A solution to counter Central Illinois’s economic stagnation, population loss and slow decline is forming a branding umbrella to promote the combined assets of Peoria, Springfield, Decatur, Champaign, Bloomington and its many peripheral cities. They each use a silo approach to economic development. A provisional name is the Central Illinois Technology Triangle (or Circle). Cooperation and a strength in numbers would enable the region to better compete with Nashville, Austin and the east and west coasts. This would help to position itself for the future, attract investment nationally and globally and be relevant to the 4th Industrial Revolution.
Central Illinois, with its long history of research, development, invention and innovation, collectively forms a substantive technology region. Champaign’s University of Illinois Research Park is notable for its size and variety of entrepreneurs. Other research centers are found around the region. Also, Central Illinois has an outstanding transportation infrastructure of highway and rail networks, great airports, Decatur’s Midwest Inland Port (direct rail service to Pacific and Atlantic ports) and two international air cargo ports of entry. There are also excellent universities, community colleges, foreign trade zones, the Mid-Illinois Medical District and other major medical facilities, advanced agribusiness, much tourism infrastructure, plentiful water supplies, educated workers and other resources strategically located in the Heartland of America.
None of the Triangle’s largest cities are far from each other. Combined with the many nearby smaller communities they total a population of well over one million and resemble a highly dispersed, polycentric big city. Plentiful brownfield land is available for development. Residents often travel between the Triangle’s many cities for jobs, recreation, shopping and medical care.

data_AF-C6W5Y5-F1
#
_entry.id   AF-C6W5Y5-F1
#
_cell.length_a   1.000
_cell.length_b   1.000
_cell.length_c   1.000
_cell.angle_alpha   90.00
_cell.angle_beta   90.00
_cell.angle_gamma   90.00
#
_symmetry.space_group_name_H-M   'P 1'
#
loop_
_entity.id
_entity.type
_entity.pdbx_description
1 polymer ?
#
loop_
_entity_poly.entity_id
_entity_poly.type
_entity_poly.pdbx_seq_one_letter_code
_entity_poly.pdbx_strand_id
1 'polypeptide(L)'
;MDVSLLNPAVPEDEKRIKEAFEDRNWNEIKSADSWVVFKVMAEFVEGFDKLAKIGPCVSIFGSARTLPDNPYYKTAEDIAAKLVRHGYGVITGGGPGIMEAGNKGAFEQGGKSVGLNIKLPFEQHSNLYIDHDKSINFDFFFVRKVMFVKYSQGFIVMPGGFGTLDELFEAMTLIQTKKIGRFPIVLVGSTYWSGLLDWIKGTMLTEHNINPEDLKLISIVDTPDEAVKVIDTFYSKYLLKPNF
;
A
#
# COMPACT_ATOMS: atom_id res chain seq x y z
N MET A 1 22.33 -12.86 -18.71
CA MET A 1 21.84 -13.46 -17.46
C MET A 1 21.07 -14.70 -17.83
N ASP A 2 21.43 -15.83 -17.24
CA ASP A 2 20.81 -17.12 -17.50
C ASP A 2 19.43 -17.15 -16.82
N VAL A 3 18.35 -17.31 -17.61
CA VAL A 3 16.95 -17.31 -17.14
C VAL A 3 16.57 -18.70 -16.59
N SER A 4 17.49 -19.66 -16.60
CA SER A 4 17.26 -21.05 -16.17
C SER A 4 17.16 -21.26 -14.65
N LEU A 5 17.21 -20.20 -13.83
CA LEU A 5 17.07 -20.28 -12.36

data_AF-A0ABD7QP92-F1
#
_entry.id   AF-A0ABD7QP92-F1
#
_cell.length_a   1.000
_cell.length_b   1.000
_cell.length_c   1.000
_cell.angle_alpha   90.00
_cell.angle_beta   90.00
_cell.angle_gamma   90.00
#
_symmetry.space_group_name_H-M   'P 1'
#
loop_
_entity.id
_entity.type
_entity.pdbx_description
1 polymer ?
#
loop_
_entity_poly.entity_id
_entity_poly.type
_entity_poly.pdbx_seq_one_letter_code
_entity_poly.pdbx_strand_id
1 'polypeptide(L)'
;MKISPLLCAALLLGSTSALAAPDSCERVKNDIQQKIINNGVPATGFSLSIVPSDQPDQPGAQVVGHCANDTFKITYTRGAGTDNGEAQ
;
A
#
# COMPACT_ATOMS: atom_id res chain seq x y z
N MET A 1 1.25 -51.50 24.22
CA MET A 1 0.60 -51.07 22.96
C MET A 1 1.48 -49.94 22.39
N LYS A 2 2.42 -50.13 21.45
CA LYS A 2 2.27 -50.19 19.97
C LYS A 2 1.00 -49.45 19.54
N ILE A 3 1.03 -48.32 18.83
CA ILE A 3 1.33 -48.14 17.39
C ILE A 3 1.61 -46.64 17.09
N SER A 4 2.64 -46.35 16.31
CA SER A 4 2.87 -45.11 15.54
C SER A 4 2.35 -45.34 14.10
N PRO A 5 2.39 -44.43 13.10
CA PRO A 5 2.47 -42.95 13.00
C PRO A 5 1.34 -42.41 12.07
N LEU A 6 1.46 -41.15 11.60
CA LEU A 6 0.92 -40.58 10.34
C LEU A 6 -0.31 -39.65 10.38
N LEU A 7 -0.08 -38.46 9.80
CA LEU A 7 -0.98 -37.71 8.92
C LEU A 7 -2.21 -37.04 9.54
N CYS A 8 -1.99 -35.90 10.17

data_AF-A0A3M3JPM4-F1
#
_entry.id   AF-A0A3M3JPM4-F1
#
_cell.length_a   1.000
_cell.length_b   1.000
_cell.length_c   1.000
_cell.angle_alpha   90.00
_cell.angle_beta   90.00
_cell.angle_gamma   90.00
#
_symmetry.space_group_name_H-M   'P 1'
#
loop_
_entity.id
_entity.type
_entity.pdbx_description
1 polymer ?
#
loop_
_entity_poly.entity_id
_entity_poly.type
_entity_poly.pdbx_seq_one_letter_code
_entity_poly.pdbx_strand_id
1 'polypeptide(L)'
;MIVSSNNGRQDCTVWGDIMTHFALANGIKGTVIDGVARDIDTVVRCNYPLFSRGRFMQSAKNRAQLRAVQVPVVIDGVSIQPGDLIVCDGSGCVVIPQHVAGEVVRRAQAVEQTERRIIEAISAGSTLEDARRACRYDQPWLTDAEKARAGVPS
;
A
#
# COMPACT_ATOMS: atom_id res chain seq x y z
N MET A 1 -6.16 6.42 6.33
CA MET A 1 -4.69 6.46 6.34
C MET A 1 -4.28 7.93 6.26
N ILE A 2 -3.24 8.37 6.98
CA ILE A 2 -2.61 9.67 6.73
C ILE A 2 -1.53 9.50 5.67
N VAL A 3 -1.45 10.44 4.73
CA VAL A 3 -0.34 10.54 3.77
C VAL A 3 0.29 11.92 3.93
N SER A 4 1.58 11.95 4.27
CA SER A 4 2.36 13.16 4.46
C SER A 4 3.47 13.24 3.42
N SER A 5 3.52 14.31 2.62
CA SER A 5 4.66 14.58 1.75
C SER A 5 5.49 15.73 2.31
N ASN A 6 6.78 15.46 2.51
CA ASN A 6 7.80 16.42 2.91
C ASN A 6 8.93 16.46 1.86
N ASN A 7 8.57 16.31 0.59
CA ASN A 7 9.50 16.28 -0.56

The Triangle would not show preferences for any community. Its function would be similar to that of a convention and visitors bureau for the entire region. It has been commented that calling this geographic area as a technology hub is an exaggeration since it is mostly used for agriculture. In reality agriculture is a high tech industry because of big data, smart technology, autonomous farming, digital applications, robotics, biotechnology, etc. Central Illinois stands out among other technology regions by having some of the world’s largest clusters of agtech research and high tech agribusiness. These agtech resources are not being maximized. The region is the Midwest’s epicenter of many large agribusiness concerns within 300 miles.
An organizational and promotional umbrella for the Central Illinois Technology Triangle could be a university, economic development group, chamber of commerce, business, coalition of businesses or a foundation to supplement, not replace, existing economic development groups. Many private and public sector leaders are interested in the Triangle, but no entity has committed staff and money to make it a viable organization. Grants may be available.
For more information contact Lothar Soliwon at firstname.lastname@example.org or 217.691.0554.
Lothar is President/CEO of ZG Worldwide (Business Consultants, Software & Subject Matter Experts). Previously he was a Marketing Manager for the Illinois Department of Transportation, where he helped form coalitions of Amtrak communities, an aviation planner and public transportation project manager and earlier an encyclopedia writer. He holds an MBA from the University of Illinois at Springfield and a Master of Social Sciences (Geography and Urban & Regional Planning) from the University of Illinois at Urbana-Champaign. He authored Business Adviser’s Consulting & Coaching.